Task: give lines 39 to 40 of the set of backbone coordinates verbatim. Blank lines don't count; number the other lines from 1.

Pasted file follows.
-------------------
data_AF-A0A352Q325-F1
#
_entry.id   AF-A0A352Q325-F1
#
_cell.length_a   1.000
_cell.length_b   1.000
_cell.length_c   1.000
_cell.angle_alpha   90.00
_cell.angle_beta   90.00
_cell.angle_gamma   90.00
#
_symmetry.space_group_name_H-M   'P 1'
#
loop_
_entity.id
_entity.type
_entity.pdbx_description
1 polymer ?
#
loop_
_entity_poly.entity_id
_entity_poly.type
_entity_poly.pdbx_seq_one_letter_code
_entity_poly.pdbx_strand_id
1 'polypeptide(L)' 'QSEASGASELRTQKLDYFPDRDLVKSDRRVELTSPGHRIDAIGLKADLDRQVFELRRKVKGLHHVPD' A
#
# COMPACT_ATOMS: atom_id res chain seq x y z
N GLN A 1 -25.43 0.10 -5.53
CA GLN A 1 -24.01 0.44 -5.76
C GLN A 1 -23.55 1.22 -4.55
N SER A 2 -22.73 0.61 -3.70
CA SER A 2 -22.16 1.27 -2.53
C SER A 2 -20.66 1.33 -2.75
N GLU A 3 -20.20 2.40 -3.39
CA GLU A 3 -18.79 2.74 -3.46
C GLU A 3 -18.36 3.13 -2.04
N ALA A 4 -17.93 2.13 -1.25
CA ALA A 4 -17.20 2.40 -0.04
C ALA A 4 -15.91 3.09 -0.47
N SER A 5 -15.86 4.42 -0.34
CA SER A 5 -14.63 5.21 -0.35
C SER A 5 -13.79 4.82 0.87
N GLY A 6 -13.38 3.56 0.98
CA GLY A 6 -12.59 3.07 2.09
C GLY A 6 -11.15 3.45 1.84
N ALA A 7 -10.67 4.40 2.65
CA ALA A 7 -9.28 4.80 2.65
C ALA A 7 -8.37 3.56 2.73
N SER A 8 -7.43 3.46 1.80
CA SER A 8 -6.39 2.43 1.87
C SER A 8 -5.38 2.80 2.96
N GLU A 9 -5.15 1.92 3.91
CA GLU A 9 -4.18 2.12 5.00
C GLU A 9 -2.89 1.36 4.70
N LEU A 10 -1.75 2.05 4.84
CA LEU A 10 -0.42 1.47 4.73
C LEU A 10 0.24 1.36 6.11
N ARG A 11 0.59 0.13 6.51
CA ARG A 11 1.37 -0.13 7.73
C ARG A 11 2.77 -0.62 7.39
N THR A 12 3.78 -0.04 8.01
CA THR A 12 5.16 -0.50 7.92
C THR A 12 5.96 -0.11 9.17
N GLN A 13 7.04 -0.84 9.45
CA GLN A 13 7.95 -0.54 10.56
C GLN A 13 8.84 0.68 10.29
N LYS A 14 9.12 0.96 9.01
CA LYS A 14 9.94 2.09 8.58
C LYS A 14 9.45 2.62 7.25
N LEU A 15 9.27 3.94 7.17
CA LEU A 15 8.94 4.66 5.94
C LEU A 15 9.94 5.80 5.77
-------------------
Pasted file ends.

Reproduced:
C ALA A 4 -15.91 3.09 -0.47
N SER A 5 -15.86 4.42 -0.34